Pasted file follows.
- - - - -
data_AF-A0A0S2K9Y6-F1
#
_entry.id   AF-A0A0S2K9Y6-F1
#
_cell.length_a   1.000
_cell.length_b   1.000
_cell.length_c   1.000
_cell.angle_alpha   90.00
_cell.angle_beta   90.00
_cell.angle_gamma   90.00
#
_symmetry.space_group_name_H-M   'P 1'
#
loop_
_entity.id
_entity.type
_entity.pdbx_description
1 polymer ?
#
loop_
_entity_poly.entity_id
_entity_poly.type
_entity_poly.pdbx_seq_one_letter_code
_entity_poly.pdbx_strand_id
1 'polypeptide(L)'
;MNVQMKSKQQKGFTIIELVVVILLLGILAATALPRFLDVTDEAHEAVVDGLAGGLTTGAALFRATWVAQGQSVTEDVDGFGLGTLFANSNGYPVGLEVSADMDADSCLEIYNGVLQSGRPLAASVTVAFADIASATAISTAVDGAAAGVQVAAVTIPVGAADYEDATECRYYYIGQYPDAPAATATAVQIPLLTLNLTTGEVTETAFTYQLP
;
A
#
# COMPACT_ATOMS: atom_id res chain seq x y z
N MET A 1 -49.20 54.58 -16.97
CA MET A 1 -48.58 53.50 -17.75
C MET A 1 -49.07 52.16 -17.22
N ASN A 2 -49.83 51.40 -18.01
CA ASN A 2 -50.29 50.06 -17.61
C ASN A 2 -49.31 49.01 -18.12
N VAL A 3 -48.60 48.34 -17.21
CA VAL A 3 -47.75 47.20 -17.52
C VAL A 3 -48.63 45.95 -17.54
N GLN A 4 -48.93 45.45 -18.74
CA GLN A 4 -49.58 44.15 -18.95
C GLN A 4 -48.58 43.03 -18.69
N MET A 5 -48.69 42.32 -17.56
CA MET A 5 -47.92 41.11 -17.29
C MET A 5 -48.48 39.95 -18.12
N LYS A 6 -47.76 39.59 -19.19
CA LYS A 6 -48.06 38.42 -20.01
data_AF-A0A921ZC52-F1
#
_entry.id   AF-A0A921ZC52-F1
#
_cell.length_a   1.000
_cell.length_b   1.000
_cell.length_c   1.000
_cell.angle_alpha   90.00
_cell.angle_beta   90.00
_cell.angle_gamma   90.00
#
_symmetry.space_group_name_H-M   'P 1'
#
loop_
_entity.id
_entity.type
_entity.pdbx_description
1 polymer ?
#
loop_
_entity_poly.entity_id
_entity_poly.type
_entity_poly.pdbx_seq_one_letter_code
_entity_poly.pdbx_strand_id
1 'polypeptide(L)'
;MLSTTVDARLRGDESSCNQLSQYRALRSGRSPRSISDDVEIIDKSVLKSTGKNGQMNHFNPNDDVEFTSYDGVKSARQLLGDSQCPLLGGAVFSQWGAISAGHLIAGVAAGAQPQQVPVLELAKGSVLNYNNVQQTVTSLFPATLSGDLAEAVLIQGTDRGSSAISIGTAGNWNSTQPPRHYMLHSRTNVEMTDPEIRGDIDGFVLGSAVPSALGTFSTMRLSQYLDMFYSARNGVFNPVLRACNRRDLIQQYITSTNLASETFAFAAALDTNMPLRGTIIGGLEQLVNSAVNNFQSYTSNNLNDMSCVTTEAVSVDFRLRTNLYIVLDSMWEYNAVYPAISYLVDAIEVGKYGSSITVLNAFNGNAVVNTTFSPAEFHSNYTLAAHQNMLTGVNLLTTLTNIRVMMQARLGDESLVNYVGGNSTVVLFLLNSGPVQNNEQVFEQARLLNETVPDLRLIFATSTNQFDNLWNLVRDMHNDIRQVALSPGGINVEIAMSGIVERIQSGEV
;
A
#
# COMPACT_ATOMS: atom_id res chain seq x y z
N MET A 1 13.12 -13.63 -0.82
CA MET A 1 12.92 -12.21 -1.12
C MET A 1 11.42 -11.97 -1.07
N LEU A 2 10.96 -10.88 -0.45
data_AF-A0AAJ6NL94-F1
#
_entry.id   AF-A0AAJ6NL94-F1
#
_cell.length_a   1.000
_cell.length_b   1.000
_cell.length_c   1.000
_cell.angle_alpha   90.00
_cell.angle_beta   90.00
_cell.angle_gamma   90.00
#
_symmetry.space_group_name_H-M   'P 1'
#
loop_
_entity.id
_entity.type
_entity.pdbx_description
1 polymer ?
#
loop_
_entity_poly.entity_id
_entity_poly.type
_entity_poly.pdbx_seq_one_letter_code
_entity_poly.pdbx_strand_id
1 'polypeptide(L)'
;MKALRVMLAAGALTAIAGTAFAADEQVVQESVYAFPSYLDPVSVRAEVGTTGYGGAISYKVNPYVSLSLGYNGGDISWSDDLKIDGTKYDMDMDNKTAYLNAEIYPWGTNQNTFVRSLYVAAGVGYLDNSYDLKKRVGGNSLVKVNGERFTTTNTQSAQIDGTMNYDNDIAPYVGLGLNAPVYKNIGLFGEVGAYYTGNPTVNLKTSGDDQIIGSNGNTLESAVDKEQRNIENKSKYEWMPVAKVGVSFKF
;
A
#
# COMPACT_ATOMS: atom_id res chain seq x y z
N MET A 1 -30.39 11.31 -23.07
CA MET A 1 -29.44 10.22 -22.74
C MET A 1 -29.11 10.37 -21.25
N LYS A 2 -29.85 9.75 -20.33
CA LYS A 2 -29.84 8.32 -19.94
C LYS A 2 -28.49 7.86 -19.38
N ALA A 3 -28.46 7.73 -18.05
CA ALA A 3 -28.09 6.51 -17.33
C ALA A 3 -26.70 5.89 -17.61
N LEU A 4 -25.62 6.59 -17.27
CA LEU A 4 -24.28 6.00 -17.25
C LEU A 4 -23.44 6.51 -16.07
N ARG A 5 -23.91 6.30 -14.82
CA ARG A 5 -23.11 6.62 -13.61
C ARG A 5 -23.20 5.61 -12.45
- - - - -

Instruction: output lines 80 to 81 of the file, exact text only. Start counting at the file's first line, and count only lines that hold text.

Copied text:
C MET A 1 11.42 -11.97 -1.07
N LEU A 2 10.96 -10.88 -0.45